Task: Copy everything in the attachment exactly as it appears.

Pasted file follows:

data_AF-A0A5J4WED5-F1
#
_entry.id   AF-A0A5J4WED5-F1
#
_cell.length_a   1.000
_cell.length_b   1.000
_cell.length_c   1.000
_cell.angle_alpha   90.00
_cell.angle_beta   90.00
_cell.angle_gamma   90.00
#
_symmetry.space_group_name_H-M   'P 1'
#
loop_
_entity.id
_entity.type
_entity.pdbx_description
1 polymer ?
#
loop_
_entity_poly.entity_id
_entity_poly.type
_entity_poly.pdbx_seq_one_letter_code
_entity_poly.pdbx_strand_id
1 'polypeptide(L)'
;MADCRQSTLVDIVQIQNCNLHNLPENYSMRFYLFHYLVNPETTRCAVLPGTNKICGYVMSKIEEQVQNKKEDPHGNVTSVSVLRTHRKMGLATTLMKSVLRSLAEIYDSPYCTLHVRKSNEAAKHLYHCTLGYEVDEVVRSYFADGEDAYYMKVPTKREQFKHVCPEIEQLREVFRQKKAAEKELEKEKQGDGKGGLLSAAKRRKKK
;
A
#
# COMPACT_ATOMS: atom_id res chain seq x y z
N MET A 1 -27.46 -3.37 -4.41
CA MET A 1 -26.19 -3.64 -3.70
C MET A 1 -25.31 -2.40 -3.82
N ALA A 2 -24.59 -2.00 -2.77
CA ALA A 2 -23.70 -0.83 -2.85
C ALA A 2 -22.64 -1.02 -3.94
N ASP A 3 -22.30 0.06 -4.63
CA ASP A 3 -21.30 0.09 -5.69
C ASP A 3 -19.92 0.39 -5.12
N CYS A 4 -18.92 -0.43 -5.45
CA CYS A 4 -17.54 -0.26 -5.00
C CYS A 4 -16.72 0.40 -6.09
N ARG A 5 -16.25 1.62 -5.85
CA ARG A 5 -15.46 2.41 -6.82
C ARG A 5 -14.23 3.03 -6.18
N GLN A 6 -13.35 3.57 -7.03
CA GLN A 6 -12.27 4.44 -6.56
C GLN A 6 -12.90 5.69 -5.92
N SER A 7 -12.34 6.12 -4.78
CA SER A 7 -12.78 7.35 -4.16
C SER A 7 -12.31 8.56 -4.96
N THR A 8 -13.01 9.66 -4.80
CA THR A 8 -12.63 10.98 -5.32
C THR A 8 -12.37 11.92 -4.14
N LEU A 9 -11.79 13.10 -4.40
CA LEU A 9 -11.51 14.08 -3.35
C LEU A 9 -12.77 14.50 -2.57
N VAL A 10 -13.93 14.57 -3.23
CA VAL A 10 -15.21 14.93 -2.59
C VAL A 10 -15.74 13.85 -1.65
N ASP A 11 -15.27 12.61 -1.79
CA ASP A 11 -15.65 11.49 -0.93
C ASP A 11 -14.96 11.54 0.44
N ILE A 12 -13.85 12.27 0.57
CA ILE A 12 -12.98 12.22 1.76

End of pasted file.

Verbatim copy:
data_AF-A0A5J4WED5-F1
#
_entry.id   AF-A0A5J4WED5-F1
#
_cell.length_a   1.000
_cell.length_b   1.000
_cell.length_c   1.000
_cell.angle_alpha   90.00
_cell.angle_beta   90.00
_cell.angle_gamma   90.00
#
_symmetry.space_group_name_H-M   'P 1'
#
loop_
_entity.id
_entity.type
_entity.pdbx_description
1 polymer ?
#
loop_
_entity_poly.entity_id
_entity_poly.type
_entity_poly.pdbx_seq_one_letter_code
_entity_poly.pdbx_strand_id
1 'polypeptide(L)'
;MADCRQSTLVDIVQIQNCNLHNLPENYSMRFYLFHYLVNPETTRCAVLPGTNKICGYVMSKIEEQVQNKKEDPHGNVTSVSVLRTHRKMGLATTLMKSVLRSLAEIYDSPYCTLHVRKSNEAAKHLYHCTLGYEVDEVVRSYFADGEDAYYMKVPTKREQFKHVCPEIEQLREVFRQKKAAEKELEKEKQGDGKGGLLSAAKRRKKK
;
A
#
# COMPACT_ATOMS: atom_id res chain seq x y z
N MET A 1 -27.46 -3.37 -4.41
CA MET A 1 -26.19 -3.64 -3.70
C MET A 1 -25.31 -2.40 -3.82
N ALA A 2 -24.59 -2.00 -2.77
CA ALA A 2 -23.70 -0.83 -2.85
C ALA A 2 -22.64 -1.02 -3.94
N ASP A 3 -22.30 0.06 -4.63
CA ASP A 3 -21.30 0.09 -5.69
C ASP A 3 -19.92 0.39 -5.12
N CYS A 4 -18.92 -0.43 -5.45
CA CYS A 4 -17.54 -0.26 -5.00
C CYS A 4 -16.72 0.40 -6.09
N ARG A 5 -16.25 1.62 -5.85
CA ARG A 5 -15.46 2.41 -6.82
C ARG A 5 -14.23 3.03 -6.18
N GLN A 6 -13.35 3.57 -7.03
CA GLN A 6 -12.27 4.44 -6.56
C GLN A 6 -12.90 5.69 -5.92
N SER A 7 -12.34 6.12 -4.78
CA SER A 7 -12.78 7.35 -4.16
C SER A 7 -12.31 8.56 -4.96
N THR A 8 -13.01 9.66 -4.80
CA THR A 8 -12.63 10.98 -5.32
C THR A 8 -12.37 11.92 -4.14
N LEU A 9 -11.79 13.10 -4.40
CA LEU A 9 -11.51 14.08 -3.35
C LEU A 9 -12.77 14.50 -2.57
N VAL A 10 -13.93 14.57 -3.23
CA VAL A 10 -15.21 14.93 -2.59
C VAL A 10 -15.74 13.85 -1.65
N ASP A 11 -15.27 12.61 -1.79
CA ASP A 11 -15.65 11.49 -0.93
C ASP A 11 -14.96 11.54 0.44
N ILE A 12 -13.85 12.27 0.57
CA ILE A 12 -12.98 12.22 1.76